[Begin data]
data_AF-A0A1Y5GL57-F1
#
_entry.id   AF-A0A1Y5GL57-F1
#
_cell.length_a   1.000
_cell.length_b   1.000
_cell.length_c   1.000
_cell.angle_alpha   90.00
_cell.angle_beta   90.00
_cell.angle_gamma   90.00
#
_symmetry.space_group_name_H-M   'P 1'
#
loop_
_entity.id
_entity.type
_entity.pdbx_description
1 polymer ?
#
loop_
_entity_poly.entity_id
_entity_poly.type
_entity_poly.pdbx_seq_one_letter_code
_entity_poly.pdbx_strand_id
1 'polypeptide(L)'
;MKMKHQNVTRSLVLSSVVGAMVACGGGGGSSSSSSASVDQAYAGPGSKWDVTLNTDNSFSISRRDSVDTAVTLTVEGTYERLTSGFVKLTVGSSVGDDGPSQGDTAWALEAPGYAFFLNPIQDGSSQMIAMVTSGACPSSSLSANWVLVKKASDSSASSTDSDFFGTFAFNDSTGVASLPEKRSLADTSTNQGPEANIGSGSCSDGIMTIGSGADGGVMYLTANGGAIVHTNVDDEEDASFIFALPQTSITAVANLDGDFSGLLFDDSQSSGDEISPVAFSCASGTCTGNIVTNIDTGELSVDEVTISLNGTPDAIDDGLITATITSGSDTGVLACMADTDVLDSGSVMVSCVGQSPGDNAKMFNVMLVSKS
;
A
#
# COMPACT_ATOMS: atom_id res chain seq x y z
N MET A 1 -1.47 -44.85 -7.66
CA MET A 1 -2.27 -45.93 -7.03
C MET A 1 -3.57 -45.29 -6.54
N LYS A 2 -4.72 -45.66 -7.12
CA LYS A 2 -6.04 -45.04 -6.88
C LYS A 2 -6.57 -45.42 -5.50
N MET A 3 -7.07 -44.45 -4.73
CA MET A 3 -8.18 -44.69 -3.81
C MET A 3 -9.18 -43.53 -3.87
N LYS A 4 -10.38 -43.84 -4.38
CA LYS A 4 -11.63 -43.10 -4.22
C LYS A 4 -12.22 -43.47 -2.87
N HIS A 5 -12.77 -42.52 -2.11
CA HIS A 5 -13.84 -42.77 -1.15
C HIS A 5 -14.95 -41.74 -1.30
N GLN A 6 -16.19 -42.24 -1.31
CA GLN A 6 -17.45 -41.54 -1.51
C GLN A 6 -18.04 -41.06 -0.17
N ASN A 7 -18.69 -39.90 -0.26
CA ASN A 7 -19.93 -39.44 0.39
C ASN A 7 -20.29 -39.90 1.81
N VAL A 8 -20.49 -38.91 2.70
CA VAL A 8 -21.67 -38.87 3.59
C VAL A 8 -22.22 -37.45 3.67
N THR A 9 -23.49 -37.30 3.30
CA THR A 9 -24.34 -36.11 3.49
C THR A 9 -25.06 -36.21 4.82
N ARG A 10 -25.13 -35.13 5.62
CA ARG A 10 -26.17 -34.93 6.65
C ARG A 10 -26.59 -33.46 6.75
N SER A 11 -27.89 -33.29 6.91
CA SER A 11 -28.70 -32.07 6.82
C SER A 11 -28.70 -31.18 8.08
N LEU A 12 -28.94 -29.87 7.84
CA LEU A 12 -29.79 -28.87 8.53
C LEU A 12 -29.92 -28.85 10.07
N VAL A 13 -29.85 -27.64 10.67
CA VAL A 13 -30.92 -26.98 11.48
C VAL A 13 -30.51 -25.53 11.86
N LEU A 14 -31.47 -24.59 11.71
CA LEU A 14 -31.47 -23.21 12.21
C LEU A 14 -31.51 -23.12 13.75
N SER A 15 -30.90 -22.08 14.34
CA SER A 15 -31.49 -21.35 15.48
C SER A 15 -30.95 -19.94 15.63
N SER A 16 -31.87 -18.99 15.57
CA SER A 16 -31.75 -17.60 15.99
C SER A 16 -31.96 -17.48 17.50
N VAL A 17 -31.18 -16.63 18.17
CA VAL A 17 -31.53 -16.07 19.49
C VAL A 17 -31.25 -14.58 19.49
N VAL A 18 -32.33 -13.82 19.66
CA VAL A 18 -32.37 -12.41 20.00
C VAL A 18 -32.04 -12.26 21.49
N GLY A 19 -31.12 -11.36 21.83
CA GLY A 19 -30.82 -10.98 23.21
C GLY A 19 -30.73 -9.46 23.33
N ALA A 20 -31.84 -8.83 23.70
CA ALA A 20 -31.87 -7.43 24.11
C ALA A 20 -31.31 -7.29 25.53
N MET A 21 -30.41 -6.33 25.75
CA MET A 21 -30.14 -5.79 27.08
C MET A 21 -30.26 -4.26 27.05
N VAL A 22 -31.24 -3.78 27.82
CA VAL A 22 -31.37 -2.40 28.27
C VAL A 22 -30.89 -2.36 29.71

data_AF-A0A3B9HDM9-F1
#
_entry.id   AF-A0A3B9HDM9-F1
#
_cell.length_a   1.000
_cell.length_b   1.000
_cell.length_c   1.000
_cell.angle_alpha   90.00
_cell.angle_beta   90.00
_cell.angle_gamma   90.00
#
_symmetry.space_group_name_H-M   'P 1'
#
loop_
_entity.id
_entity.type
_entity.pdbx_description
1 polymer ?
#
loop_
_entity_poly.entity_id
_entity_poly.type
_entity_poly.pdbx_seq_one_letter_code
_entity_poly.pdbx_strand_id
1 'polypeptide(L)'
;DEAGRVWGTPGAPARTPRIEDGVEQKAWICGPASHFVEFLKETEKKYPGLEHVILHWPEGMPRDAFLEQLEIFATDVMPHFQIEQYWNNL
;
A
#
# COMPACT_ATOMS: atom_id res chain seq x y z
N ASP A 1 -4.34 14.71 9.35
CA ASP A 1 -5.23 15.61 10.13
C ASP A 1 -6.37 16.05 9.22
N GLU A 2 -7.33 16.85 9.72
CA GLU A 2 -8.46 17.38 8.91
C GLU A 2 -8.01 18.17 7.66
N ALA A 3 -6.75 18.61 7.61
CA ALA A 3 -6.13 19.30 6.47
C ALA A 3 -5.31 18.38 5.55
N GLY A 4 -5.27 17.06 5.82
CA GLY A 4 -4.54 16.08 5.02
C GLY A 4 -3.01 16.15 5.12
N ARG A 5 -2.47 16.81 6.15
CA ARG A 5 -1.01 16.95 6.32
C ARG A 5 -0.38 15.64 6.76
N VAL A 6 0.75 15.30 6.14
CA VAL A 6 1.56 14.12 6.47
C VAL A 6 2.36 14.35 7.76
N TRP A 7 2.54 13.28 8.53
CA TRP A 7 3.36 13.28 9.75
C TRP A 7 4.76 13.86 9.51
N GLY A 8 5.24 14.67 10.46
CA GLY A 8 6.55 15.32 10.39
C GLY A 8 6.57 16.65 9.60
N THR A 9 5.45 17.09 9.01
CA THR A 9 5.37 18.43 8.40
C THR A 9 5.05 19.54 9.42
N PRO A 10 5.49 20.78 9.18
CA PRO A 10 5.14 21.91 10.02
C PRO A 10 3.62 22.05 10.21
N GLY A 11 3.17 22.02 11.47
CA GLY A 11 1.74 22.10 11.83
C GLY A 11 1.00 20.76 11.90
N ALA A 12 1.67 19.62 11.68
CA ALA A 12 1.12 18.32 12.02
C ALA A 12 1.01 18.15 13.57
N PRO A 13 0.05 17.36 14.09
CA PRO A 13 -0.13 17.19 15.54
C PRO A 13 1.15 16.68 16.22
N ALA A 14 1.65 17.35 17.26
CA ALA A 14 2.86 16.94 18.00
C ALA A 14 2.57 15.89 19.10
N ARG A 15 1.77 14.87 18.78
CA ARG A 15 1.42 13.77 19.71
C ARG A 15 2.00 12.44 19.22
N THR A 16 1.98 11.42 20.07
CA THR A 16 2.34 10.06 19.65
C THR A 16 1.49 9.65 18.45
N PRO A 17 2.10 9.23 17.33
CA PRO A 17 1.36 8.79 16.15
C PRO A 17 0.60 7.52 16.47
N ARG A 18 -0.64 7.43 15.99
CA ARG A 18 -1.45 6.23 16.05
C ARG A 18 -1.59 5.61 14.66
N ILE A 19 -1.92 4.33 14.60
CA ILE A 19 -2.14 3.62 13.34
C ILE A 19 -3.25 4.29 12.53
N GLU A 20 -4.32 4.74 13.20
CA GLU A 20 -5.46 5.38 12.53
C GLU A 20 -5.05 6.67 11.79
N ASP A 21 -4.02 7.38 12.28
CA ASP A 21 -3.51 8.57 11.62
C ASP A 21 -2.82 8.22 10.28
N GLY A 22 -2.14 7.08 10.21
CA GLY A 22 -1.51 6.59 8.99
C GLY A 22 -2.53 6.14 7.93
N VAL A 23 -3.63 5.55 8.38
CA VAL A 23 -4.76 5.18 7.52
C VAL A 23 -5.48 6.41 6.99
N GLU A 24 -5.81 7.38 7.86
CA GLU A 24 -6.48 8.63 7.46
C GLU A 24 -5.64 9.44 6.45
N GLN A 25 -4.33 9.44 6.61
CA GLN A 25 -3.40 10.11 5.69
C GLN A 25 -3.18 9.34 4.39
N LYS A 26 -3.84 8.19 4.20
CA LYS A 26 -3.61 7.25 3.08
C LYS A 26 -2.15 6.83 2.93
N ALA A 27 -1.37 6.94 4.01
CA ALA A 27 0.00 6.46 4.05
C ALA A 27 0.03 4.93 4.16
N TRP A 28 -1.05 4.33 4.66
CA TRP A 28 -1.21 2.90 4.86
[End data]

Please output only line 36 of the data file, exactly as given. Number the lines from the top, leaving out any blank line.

C LYS A 2 -6.57 -45.42 -5.50